If you have money in a traditional IRA, you will have to pay tax on all of your withdrawals, but you have an option to do a ‘conversion’ from a traditional IRA to a Roth IRA. This maneuver is basically a ‘pay tax now or pay it later’ ploy, but there can be significant advantages to converting some or all of your retirement savings to a Roth. Since the conversion is considered a taxable event, the taxes are paid at the time of conversion. If you want to potentially avoid a giant tax bill today, you can convert in small amounts over an extended period of years, instead of a lump sum in one year. One advantage of doing a Roth conversion is that you’ll no longer have to take RMDs at age 70 ½.

If you think a Roth conversion might make sense, talk to a financial advisor about your overall income stream. As stated above, when you do a conversion it will result in a higher current/taxable income for that tax year when you make the conversion. You might want to try to delay taking Social Security or a company pension until you’re done converting tax-deferred money into a Roth account. If you have stock in an investment account, work with your investment advisor to keep your taxable stock sales at a minimum in years when you will be claiming conversion income. Or better yet, if you have any duds in your investment portfolio, work with your advisor to report a loss on the sale of those duds to lower your taxable income.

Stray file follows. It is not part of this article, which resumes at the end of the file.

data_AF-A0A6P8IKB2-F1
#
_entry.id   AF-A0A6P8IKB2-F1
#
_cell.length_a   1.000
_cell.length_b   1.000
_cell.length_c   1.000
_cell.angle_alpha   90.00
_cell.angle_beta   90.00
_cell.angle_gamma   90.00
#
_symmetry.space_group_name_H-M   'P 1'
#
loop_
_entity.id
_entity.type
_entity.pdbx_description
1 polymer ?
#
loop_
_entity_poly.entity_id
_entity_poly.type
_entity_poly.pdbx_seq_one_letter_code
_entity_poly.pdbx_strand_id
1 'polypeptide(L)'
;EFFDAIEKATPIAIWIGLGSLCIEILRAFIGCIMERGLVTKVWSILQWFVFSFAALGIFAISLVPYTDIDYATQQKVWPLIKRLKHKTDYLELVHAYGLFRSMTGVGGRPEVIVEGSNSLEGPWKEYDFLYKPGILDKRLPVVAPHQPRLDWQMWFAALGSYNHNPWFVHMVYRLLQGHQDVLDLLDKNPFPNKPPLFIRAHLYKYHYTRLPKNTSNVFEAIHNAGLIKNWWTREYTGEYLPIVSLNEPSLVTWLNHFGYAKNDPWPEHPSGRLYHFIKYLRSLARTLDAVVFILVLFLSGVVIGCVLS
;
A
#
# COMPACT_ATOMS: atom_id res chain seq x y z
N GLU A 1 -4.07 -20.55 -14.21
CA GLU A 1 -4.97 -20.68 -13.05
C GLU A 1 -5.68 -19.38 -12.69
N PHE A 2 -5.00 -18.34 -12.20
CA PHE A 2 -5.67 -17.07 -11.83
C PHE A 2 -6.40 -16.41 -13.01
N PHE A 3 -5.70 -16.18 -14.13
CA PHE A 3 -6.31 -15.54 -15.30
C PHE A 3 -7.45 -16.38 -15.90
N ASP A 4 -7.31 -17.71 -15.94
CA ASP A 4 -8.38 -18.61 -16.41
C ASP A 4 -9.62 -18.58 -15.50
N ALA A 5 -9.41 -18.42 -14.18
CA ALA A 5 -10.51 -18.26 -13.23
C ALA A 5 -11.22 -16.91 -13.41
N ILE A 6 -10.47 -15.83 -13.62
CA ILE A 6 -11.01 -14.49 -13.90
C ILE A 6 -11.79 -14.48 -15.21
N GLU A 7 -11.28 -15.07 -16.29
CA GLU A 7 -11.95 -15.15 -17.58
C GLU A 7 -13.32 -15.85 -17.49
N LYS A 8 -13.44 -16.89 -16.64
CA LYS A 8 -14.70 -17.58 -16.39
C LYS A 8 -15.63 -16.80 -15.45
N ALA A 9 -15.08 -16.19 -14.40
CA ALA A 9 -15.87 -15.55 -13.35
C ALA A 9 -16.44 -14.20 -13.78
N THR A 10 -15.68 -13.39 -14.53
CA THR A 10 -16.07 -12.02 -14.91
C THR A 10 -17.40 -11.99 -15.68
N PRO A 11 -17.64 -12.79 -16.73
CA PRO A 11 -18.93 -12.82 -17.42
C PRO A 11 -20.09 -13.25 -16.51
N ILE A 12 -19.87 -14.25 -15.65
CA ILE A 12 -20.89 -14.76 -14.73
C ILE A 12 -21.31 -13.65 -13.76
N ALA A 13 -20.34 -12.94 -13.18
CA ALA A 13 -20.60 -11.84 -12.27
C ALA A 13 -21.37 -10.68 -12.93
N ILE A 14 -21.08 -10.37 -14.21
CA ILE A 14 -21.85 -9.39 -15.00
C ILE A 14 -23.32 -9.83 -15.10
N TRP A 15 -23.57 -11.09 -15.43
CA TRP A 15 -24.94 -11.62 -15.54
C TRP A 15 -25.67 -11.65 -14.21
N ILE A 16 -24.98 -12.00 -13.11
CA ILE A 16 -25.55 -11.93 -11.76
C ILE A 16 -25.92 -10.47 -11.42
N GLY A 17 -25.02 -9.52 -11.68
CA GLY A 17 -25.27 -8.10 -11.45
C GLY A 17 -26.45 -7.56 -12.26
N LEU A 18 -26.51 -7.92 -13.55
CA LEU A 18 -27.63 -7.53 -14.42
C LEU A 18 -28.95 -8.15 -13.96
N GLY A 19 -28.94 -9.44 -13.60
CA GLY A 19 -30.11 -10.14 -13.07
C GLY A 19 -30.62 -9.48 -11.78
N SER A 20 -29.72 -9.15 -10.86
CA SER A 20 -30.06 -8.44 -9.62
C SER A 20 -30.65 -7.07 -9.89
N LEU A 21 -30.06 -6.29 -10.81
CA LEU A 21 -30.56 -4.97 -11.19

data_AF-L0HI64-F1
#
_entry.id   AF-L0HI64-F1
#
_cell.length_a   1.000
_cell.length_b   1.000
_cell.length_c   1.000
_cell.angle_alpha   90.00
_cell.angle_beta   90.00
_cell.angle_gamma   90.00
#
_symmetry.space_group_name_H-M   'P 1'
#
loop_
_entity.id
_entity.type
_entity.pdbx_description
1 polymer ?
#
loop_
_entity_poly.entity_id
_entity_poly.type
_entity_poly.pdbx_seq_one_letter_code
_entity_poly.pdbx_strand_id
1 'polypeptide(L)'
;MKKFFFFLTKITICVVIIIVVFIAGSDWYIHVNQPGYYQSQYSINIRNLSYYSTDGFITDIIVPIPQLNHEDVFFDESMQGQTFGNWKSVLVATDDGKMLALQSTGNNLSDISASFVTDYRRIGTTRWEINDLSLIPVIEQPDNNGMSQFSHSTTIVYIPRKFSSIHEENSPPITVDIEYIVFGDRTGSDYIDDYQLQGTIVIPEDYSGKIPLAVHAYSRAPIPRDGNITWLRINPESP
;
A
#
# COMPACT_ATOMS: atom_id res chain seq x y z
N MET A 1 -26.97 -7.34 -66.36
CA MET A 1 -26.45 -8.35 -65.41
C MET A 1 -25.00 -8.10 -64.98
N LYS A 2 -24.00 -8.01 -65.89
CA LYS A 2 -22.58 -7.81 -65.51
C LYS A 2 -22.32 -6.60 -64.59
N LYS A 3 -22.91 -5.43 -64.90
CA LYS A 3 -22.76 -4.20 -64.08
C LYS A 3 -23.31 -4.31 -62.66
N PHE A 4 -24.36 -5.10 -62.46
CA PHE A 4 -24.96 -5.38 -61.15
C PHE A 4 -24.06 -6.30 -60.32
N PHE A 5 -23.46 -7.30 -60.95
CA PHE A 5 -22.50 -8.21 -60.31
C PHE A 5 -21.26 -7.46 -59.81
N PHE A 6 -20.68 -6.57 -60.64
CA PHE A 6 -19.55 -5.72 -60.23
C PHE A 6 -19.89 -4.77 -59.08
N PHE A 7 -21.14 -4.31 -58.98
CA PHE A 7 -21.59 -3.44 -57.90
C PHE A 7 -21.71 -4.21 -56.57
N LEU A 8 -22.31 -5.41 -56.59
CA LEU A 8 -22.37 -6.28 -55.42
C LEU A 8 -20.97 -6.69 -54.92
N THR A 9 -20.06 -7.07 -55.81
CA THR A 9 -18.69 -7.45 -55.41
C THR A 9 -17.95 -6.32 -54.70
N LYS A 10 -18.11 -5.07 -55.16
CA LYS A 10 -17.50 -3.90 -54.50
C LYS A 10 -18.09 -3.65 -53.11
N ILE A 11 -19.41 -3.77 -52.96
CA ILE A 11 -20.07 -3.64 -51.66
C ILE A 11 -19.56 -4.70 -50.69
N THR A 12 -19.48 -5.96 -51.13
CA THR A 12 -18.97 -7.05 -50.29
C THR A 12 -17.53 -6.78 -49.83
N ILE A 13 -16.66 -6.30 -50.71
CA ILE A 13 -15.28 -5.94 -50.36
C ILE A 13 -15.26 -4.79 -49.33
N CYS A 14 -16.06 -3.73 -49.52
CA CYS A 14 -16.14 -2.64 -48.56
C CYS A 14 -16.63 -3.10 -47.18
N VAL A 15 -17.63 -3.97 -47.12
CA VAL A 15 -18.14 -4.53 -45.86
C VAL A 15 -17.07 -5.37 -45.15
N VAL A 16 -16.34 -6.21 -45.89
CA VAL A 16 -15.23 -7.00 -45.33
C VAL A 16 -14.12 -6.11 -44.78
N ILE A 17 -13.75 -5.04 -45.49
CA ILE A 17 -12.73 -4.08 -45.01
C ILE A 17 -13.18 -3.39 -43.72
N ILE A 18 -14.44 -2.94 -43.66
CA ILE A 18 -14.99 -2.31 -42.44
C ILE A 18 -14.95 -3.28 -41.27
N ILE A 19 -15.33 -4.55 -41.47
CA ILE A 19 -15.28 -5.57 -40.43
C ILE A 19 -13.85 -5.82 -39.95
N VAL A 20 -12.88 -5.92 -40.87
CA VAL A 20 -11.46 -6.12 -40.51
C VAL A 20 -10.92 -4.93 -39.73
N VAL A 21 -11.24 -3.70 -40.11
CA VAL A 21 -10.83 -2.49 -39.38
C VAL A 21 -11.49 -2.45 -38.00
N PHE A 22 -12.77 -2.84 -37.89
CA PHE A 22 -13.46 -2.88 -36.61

When it comes to spending your retirement dollars, it pays to think about which account you draw funds from. When you have a big expense, don’t just blindly withdraw all of the money from your traditional IRA, because you will have to pay income tax on all of the funds withdrawn, whereas funds withdrawn from your Roth would be tax-free. Maybe you can take just enough from the traditional IRA account to stay in a lower tax bracket, and pay the rest with your Roth account.